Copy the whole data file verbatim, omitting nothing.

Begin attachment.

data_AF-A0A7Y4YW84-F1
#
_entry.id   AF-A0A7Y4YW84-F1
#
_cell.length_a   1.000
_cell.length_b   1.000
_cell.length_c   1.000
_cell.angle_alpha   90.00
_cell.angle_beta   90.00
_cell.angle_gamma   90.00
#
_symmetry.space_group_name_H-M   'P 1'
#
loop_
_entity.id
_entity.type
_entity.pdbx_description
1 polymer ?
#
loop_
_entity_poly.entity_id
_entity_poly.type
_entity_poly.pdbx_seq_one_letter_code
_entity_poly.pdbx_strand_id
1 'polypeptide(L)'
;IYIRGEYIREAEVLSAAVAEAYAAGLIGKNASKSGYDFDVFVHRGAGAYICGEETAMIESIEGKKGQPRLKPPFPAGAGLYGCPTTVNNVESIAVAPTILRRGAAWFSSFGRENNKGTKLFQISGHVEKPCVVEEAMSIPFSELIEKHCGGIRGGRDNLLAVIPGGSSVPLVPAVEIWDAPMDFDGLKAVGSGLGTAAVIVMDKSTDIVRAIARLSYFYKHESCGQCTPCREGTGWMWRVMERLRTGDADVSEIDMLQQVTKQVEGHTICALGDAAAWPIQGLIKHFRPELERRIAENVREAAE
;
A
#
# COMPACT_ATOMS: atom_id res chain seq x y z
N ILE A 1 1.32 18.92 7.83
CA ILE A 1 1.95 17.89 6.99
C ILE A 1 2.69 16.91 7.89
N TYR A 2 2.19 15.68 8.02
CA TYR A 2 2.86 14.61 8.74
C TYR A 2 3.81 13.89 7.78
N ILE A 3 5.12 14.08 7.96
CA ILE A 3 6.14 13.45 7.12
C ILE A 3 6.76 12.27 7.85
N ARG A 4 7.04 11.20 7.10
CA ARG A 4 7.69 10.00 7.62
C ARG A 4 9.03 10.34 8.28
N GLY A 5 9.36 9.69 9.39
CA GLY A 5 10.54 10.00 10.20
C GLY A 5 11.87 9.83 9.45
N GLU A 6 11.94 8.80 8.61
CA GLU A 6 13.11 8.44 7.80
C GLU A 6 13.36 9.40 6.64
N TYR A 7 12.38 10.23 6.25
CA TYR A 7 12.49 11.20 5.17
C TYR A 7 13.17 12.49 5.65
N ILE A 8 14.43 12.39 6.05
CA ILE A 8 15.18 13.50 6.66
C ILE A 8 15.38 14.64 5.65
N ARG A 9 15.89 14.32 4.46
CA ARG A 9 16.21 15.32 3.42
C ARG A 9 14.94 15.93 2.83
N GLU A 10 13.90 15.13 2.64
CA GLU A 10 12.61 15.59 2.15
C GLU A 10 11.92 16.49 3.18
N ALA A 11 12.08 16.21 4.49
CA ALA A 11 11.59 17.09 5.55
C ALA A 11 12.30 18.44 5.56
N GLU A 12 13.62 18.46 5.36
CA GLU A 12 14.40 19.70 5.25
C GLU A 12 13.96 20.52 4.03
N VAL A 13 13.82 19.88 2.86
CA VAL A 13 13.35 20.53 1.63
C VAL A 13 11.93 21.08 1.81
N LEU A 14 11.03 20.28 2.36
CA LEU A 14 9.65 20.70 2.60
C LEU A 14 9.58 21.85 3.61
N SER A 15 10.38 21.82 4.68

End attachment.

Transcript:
data_AF-A0A7Y4YW84-F1
#
_entry.id   AF-A0A7Y4YW84-F1
#
_cell.length_a   1.000
_cell.length_b   1.000
_cell.length_c   1.000
_cell.angle_alpha   90.00
_cell.angle_beta   90.00
_cell.angle_gamma   90.00
#
_symmetry.space_group_name_H-M   'P 1'
#
loop_
_entity.id
_entity.type
_entity.pdbx_description
1 polymer ?
#
loop_
_entity_poly.entity_id
_entity_poly.type
_entity_poly.pdbx_seq_one_letter_code
_entity_poly.pdbx_strand_id
1 'polypeptide(L)'
;IYIRGEYIREAEVLSAAVAEAYAAGLIGKNASKSGYDFDVFVHRGAGAYICGEETAMIESIEGKKGQPRLKPPFPAGAGLYGCPTTVNNVESIAVAPTILRRGAAWFSSFGRENNKGTKLFQISGHVEKPCVVEEAMSIPFSELIEKHCGGIRGGRDNLLAVIPGGSSVPLVPAVEIWDAPMDFDGLKAVGSGLGTAAVIVMDKSTDIVRAIARLSYFYKHESCGQCTPCREGTGWMWRVMERLRTGDADVSEIDMLQQVTKQVEGHTICALGDAAAWPIQGLIKHFRPELERRIAENVREAAE
;
A
#
# COMPACT_ATOMS: atom_id res chain seq x y z
N ILE A 1 1.32 18.92 7.83
CA ILE A 1 1.95 17.89 6.99
C ILE A 1 2.69 16.91 7.89
N TYR A 2 2.19 15.68 8.02
CA TYR A 2 2.86 14.61 8.74
C TYR A 2 3.81 13.89 7.78
N ILE A 3 5.12 14.08 7.96
CA ILE A 3 6.14 13.45 7.12
C ILE A 3 6.76 12.27 7.85
N ARG A 4 7.04 11.20 7.10
CA ARG A 4 7.69 10.00 7.62
C ARG A 4 9.03 10.34 8.28
N GLY A 5 9.36 9.69 9.39
CA GLY A 5 10.54 10.00 10.20
C GLY A 5 11.87 9.83 9.45
N GLU A 6 11.94 8.80 8.61
CA GLU A 6 13.11 8.44 7.80
C GLU A 6 13.36 9.40 6.64
N TYR A 7 12.38 10.23 6.25
CA TYR A 7 12.49 11.20 5.17
C TYR A 7 13.17 12.49 5.65
N ILE A 8 14.43 12.39 6.05
CA ILE A 8 15.18 13.50 6.66
C ILE A 8 15.38 14.64 5.65
N ARG A 9 15.89 14.32 4.46
CA ARG A 9 16.21 15.32 3.42
C ARG A 9 14.94 15.93 2.83
N GLU A 10 13.90 15.13 2.64
CA GLU A 10 12.61 15.59 2.15
C GLU A 10 11.92 16.49 3.18
N ALA A 11 12.08 16.21 4.49
CA ALA A 11 11.59 17.09 5.55
C ALA A 11 12.30 18.44 5.56
N GLU A 12 13.62 18.46 5.36
CA GLU A 12 14.40 19.70 5.25
C GLU A 12 13.96 20.52 4.03
N VAL A 13 13.82 19.88 2.86
CA VAL A 13 13.35 20.53 1.63
C VAL A 13 11.93 21.08 1.81
N LEU A 14 11.03 20.28 2.36
CA LEU A 14 9.65 20.70 2.60
C LEU A 14 9.58 21.85 3.61
N SER A 15 10.38 21.82 4.68